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EPA Regional Administrator Judith Enck and Congressmember Rodney Frelinghuysen Announce Successful Removal of Hazardous Waste from Radiation Technology Superfund Site in Rockaway Township, New Jersey; Tour Five Superfund Sites in Morris, Essex and Sussex Counties
Release Date: 09/16/2013
Contact Information: John Martin, (212) 637-3662, firstname.lastname@example.org
(New York, N.Y.) U.S. Environmental Protection Agency Regional Administrator Judith A. Enck and Congressmember Rodney P. Frelinghuysen today announced the successful removal of 75 drums and containers of hazardous waste from the Radiation Technology, Inc. Superfund site in Rockaway Township, NJ. The officials were in Morris, Essex and Sussex Counties to review and assess progress on Superfund cleanups at five hazardous waste sites. They were joined by state and local officials to highlight the success of the federal Superfund law in protecting the health of people who live and work near contaminated sites, creating jobs and boosting local economies. Soil and ground water at these sites are contaminated with volatile organic compounds, which can have serious health effects, including liver damage and an increased risk of cancer.
“Congressmember Rodney Frelinghuysen and I got a first-hand look at how Superfund cleanups are protecting people’s health and the environment in New Jersey, which has the most Superfund sites of any state in the country,” said EPA Regional Administrator Judith A. Enck. “No state benefits more from EPA’s Superfund program than New Jersey, where the program is protecting people’s health by removing the contamination left behind by New Jersey’s industrial past.”
Superfund is the federal cleanup program established by Congress in 1980 to investigate and clean up the country’s most hazardous waste sites. The Superfund program operates on the principle that polluters should pay for the cleanups, rather than passing the costs to taxpayers. When sites are placed on the Superfund list, the EPA looks for parties responsible for the pollution and requires them to pay for the cleanups. Cleanups are only funded by taxpayer dollars when those responsible for the pollution cannot be found or are not financially viable.
The Radiation Technology, Inc. Superfund site in Rockaway Township is a 263-acre site that was used for testing and developing rocket motors and developing propellants. Ground water at the site is contaminated with volatile organic compounds. The EPA's cleanup of the Radiation Technology site has been conducted in phases to facilitate the long-term restoration of the area. The work is being done by the company responsible for the pollution, Alliant Techsystems, with EPA oversight. During the first phase of the cleanup, the company installed wells to measure and monitor ground water contamination. Nearby residential drinking water wells were also sampled to ensure that drinking water was not affected. To date, the sampling has shown that the drinking water wells are not contaminated. The monitoring of the ground water and the drinking water wells continues. In the second phase of the cleanup, deteriorated drums buried in a waste disposal area of the site will be removed and sent off site for proper disposal. In addition, a previously locked building on the site that contained drums was broken into in early 2013, allowing potential exposure to the drums inside. The EPA removed about 75 rusting and leaking drums and containers from the building in March 2013. The cleanup work performed so far by the company responsible for the pollution has cost about $4.3 million.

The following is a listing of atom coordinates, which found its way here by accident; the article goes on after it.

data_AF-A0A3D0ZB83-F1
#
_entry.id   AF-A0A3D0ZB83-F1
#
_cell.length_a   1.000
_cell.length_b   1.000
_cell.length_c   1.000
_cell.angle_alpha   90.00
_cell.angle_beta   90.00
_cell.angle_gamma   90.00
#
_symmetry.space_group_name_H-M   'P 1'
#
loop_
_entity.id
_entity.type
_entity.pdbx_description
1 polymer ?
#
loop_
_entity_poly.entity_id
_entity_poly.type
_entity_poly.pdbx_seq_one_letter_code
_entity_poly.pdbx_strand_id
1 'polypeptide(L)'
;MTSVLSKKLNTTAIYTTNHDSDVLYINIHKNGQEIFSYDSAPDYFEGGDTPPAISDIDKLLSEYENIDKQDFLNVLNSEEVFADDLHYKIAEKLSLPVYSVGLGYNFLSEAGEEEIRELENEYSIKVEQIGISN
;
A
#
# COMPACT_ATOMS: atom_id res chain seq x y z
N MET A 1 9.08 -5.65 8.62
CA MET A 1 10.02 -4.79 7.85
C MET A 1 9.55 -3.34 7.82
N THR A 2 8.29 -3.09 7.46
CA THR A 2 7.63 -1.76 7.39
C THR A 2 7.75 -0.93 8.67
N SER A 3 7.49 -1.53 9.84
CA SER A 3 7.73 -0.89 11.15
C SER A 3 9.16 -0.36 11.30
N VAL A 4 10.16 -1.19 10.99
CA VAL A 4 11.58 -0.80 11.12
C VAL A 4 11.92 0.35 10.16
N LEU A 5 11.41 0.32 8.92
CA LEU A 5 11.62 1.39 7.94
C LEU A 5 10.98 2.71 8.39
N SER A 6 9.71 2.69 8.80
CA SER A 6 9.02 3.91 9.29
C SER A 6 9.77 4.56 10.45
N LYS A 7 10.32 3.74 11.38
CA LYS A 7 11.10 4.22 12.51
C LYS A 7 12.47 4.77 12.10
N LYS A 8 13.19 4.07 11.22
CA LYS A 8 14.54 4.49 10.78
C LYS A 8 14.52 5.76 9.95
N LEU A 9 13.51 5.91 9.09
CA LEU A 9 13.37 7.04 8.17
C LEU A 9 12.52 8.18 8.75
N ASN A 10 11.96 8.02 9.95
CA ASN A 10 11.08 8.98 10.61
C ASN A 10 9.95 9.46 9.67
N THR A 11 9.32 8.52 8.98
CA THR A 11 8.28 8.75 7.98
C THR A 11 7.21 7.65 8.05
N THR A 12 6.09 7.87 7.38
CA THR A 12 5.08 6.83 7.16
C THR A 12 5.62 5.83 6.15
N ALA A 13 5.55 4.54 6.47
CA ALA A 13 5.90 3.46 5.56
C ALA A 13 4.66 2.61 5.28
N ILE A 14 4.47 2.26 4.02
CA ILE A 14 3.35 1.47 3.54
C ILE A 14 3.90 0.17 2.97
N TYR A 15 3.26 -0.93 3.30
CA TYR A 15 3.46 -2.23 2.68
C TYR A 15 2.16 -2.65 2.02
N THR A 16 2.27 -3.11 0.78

In addition to the Radiation Technology, Inc. site, the other sites on the tour include:
The Mansfield Trail Dump site, located in Byram Township, is in a wooded area near the intersection of the Mansfield bike path and Stanhope-Sparta Road. Sludge of unknown origin was deposited in trenches in the area and has contaminated the ground water with volatile organic and benzene compounds. Benzene is known to be cancer-causing. The ground water is used by some nearby residents as drinking water. Vapors from the contaminated ground water underneath area homes have seeped into some basements. The site was first addressed by the New Jersey Department of Environmental Protection, with the EPA taking over the lead when the site was added to the Superfund list in 2011. Prior to 2011, the NJDEP had done extensive testing of drinking water wells and the air inside homes to determine if they were impacted by the contamination. The NJDEP subsequently installed carbon water filtration and treatment systems in 16 homes to remove contaminants from the drinking water. In addition, NJDEP installed ventilation systems in several homes to address the chemical vapors that had seeped into the basements. In 2012, EPA removed 11,700 tons of contaminated material from the dump areas and disposed of it off-site. A study to more fully determine the nature and extent of the ground water contamination is currently underway.